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Goat - World Music CD (album) cover

WORLD MUSIC

Goat

 

Psychedelic/Space Rock

3.99 | 24 ratings

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Neu!mann
Prog Reviewer
4 stars I am a Goathead.

I admit that (if you'll pardon the choice of words) a little sheepishly, as an introverted ex-garage band drummer with two left feet who recently fell, after only a slight nudge from a Fellow Traveler in these Archives, under the spell of this young Scandinavian ensemble. Hardly surprising, given the colorful mystique the band has created for themselves, extending beyond the music itself toward some sort of arcane ethno-spiritual connection with the inner experience of communal song and syncopation.

Like THE RESIDENTS, the Goat collective understands the attraction of myth and mystery. You'll notice a lack of individual credits here, because the band insists on masking its shared identity...literally, using homemade masks and gaudy costumes. Even the total number of musicians is a dark secret, with (maybe) four employed in the studio but seven (or more) on stage. "All the members of Goat will never be seen together", says a spokesperson for the herd, adding a lot of portentous mumbo-jumbo about the past lives of the band in earlier generations.

So where does that leave the music? Their debut album is eclectic in design but totally uniform in quality, despite being released on vinyl in a rainbow of editions matching the kaleidoscope of influences behind it: Krautrock psychedelia; "Maggot Brain" Funkadelic grooves; Talking Heads intelligent dance circa "Remain in Light"; Scandinavian Black Metal; and the Beach Boys (the last two in their own words: personally I don't hear it). The female vocalist(s) tend to shout in exuberance instead of actually sing, but it's all part of the ongoing Dionysian frenzy of funked-out rhythms and freaked-out guitars.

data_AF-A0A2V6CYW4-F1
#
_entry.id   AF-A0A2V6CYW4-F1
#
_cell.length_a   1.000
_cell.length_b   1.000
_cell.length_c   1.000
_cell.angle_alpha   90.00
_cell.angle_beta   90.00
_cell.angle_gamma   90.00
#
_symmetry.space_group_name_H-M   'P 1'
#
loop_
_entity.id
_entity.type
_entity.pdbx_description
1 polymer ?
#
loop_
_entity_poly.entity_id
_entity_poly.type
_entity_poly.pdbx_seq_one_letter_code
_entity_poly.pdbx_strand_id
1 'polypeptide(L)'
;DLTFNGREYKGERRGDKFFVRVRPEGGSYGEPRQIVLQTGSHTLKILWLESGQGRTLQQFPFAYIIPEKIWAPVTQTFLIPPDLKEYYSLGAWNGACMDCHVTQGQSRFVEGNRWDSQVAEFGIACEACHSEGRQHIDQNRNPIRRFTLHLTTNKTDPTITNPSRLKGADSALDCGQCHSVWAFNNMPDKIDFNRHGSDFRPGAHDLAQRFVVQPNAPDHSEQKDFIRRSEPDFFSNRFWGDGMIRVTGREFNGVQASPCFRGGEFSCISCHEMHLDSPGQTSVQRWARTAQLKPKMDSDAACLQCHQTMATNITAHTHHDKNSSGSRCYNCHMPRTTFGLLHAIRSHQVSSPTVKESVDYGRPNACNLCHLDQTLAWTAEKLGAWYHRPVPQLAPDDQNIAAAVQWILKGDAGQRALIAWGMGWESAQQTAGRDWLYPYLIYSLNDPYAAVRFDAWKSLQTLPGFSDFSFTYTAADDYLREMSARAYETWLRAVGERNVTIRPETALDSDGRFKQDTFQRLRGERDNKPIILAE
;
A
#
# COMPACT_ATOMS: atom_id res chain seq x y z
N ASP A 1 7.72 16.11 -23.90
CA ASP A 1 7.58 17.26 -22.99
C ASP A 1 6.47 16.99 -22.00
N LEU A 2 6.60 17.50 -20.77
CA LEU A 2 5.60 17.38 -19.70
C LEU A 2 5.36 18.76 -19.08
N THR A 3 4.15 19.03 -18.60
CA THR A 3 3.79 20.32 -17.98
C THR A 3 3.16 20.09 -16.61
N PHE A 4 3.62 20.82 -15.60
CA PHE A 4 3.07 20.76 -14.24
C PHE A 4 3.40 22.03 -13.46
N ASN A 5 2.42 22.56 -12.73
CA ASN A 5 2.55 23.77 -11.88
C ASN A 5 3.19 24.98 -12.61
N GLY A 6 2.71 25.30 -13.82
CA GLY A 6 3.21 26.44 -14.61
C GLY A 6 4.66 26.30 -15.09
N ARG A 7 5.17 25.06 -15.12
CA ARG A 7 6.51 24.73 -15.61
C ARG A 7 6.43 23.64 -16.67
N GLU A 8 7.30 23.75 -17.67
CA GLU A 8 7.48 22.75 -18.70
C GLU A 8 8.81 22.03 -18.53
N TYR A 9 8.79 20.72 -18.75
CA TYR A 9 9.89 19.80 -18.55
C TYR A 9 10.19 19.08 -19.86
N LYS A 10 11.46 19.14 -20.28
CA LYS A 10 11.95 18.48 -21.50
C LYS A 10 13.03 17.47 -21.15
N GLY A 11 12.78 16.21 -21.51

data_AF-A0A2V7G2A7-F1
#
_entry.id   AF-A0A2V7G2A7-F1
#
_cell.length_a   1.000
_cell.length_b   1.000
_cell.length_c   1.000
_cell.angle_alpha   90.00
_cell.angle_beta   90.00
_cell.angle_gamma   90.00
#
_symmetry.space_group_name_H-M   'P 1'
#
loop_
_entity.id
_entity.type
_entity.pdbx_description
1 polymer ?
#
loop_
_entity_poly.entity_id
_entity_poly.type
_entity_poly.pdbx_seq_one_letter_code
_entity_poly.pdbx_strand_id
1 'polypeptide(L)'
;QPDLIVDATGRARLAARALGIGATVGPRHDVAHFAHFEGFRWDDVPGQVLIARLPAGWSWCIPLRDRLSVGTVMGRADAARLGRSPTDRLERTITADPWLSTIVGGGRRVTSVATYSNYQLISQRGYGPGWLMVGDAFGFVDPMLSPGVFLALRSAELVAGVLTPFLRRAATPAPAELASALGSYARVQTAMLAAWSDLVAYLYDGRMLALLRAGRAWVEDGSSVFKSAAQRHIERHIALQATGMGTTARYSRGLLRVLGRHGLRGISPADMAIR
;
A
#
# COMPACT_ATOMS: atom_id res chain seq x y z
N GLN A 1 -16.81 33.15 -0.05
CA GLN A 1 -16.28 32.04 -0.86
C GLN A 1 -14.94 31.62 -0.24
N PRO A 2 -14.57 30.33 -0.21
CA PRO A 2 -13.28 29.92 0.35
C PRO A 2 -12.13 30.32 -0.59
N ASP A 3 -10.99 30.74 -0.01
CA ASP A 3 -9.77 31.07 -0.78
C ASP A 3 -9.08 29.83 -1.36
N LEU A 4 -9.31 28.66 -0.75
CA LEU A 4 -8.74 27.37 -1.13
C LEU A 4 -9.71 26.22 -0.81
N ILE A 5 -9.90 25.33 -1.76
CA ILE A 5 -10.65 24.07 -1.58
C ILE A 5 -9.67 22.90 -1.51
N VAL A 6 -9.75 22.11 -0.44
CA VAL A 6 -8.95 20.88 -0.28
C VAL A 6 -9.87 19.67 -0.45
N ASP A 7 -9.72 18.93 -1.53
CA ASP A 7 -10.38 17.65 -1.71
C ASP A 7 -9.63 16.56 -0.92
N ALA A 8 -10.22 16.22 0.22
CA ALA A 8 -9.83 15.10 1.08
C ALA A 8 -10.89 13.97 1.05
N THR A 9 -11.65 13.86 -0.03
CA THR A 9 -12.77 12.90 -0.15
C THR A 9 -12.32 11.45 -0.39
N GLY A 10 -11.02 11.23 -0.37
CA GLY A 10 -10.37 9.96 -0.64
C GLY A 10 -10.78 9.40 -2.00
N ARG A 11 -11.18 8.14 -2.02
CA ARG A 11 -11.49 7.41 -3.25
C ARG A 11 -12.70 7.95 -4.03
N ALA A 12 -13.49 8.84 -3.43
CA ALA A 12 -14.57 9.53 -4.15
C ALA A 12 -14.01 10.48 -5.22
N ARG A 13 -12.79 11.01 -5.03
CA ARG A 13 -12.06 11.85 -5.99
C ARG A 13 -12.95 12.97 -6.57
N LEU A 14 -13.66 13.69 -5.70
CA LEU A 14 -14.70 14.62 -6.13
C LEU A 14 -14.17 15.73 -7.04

The band may hail from Sweden, but are travelers on every continent: northern Europe, central Africa, creole America. Their backwoods hometown, supposedly a nexus of ancient voodoo sacrament and early Christian witch-hunts, is located above the Arctic Circle less than 30-kilometers from the border of Finland, which may explain the slight edge of insanity. Don't be surprised to hear a wild, Hendrix-inspired guitar solo give way to a gently unplugged acoustic coda. Or a heavy Space Rock adaptation of a Boubacar Traoré folk song. Or the sort of one-chord power raga not heard since the heyday of AMON DÜÜL II and AGITATION FREE, forty years earlier.

More than simply energetic, the album is celebratory. This is music ideally suited to forbidden rituals in dark forest glens: the perfect diversion for extroverted pagans. Which, of course, makes it very appealing to a flat-footed, freethinking wallflower like yours truly.

Look for the ceremony to continue with a new studio album, due next month as of this posting.

Neu!mann | 4/5 |

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